Despite the obvious physical link, the name of Amy Friedman’s new company doesn’t refer to the color of her hair. The moniker Redhead Consulting, explains the former Nickelodeon programming exec, represents the relationship between creativity (red heart) and strategy (head) – the cornerstones of her fledgling consulting business that’s opening its doors on October 1.
After working for Nickelodeon for the past 23 years, Friedman stepped down from her role as TeenNick’s SVP of original programming in early summer. She’s now putting her diverse expertise in branding, launching channels and overseeing content development into New York-based Redhead.
The decision to set up her own business, Friedman says, was driven as much by a need to make a lifestyle change as it was an opportunity to capitalize on creative, strategic and funding models surrounding content production that have evolved from the digital landscape.
‘The world is changing so dramatically and people are looking for new and different ways to spend money,’ Friedman says. ‘There are different ways to distribute content in the form of, for instance, branded entertainment.’ With her focus revolving around branding, crafting business strategies and making pro-social content, Friedman anticipates Redhead will benefit players wanting to tap into the experience of a seasoned executive trained within a youth-oriented media powerhouse.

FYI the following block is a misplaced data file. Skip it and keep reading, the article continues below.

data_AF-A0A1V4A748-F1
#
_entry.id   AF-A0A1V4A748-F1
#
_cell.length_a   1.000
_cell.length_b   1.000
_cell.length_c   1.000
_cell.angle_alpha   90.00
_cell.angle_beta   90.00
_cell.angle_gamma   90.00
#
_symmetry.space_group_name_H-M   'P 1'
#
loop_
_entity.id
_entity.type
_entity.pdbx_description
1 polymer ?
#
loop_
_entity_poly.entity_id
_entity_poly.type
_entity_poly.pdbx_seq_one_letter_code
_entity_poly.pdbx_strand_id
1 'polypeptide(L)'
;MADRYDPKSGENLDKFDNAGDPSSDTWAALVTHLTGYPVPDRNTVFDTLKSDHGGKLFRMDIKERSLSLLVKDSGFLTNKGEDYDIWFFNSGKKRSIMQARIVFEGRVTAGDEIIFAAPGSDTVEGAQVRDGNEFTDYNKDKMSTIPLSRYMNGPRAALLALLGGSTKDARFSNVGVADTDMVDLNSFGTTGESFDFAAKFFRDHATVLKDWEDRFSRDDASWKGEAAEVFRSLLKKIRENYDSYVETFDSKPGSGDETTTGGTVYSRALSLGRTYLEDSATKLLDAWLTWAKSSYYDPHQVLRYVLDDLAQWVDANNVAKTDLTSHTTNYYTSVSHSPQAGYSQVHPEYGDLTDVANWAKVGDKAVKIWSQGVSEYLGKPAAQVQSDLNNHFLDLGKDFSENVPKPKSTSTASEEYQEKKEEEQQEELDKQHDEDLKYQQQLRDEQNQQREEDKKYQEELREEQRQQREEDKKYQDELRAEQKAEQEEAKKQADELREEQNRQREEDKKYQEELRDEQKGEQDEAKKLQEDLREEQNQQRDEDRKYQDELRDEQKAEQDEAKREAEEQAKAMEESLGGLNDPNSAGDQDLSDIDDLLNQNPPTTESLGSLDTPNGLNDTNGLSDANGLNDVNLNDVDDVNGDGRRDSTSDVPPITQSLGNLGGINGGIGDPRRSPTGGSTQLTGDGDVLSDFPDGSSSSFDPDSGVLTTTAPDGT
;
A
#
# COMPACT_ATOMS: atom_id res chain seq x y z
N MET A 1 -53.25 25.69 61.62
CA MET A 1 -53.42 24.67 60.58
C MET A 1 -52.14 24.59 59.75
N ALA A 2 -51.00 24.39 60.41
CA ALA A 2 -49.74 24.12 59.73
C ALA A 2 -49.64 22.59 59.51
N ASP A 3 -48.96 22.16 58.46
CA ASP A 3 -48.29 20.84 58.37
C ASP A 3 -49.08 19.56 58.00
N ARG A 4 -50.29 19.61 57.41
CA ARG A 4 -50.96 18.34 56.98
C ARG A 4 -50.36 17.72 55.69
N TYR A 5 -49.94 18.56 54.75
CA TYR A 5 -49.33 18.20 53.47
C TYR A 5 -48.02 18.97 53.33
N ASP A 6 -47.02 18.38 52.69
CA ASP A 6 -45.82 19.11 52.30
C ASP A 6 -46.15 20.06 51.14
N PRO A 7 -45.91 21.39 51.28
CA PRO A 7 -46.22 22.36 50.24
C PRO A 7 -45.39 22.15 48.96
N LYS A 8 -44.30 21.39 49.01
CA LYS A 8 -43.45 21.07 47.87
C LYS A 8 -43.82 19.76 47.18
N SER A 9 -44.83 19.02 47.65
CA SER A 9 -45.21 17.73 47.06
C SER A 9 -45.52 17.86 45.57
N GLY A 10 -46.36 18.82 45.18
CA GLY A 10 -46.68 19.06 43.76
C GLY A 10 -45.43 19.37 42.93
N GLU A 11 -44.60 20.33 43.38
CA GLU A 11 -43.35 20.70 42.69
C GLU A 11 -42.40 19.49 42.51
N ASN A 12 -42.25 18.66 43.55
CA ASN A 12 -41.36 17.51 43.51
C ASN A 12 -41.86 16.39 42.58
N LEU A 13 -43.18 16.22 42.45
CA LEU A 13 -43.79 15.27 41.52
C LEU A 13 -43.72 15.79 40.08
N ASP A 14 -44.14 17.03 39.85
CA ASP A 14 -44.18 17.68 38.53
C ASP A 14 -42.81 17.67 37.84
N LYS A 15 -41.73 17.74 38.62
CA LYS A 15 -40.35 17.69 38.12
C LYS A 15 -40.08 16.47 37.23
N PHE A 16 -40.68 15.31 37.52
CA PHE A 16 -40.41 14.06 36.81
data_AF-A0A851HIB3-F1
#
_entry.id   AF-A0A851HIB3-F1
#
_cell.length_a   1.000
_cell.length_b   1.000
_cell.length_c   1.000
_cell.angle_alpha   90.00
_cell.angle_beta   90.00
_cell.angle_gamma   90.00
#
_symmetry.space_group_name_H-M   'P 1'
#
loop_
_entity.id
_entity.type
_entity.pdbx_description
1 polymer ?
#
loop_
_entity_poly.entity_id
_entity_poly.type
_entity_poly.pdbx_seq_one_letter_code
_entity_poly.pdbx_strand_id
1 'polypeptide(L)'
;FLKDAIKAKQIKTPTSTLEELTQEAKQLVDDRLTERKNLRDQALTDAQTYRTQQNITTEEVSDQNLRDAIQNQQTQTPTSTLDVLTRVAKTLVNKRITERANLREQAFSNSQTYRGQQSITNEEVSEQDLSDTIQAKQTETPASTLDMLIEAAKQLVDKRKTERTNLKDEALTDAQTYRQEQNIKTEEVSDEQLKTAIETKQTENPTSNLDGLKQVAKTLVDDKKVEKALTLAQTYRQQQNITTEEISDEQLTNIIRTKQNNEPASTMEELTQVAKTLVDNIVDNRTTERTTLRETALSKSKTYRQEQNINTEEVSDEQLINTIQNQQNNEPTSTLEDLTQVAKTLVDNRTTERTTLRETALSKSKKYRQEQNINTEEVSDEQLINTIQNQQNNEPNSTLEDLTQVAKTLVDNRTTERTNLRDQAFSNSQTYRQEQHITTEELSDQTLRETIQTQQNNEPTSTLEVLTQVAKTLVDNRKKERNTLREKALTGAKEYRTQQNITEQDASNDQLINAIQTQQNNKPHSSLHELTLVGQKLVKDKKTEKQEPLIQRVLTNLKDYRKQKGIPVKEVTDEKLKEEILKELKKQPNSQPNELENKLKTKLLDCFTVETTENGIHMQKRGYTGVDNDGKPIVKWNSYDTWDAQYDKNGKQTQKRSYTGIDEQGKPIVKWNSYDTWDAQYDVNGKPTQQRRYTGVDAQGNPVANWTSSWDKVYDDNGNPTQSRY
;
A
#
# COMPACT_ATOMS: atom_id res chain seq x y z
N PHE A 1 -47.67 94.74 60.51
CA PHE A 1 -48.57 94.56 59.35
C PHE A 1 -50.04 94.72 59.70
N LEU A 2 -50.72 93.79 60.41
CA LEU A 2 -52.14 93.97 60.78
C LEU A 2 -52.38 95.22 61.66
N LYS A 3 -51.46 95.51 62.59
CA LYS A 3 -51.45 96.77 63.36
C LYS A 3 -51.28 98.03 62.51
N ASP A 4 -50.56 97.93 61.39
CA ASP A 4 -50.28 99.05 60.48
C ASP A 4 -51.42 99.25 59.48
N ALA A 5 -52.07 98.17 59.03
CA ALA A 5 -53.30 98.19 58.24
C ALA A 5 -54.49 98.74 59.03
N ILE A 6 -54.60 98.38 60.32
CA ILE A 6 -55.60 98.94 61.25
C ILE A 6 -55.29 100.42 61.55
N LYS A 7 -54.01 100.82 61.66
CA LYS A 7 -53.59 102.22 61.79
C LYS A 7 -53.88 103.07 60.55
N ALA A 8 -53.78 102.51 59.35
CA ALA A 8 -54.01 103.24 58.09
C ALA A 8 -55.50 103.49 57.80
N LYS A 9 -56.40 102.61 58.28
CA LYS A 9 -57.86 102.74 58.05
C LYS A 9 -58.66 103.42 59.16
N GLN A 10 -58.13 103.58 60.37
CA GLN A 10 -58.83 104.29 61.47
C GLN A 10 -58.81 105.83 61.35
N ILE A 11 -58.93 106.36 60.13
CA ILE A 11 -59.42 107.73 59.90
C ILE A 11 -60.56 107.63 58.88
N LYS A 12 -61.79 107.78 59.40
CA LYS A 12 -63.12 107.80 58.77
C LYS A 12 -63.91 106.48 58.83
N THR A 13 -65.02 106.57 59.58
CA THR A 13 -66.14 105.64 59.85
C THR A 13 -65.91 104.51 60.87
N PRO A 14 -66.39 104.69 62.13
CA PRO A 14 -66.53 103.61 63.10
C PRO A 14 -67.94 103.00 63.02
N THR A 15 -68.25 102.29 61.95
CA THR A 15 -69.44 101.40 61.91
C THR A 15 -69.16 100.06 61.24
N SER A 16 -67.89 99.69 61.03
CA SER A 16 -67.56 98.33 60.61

Friedman joined Nickelodeon in 1987 in the branding group and went on to become the founding creative director of the network’s Creative Lab. In 1999, she was instrumental in launching Noggin (now Nick Jr.), Nickelodeon’s commercial-free preschool channel, and she later launched The N (dubbed TeenNick last year).
While she remains tight-lipped on Redhead’s initial projects, Friedman does list Nickelodeon among her first clients. The two will be collaborating on an upcoming TV/web hybrid project. And over the next few months, she will also be hammering out her company’s international business plan. Friedman is definitely looking to work on projects that aren’t entirely exclusive to the American market.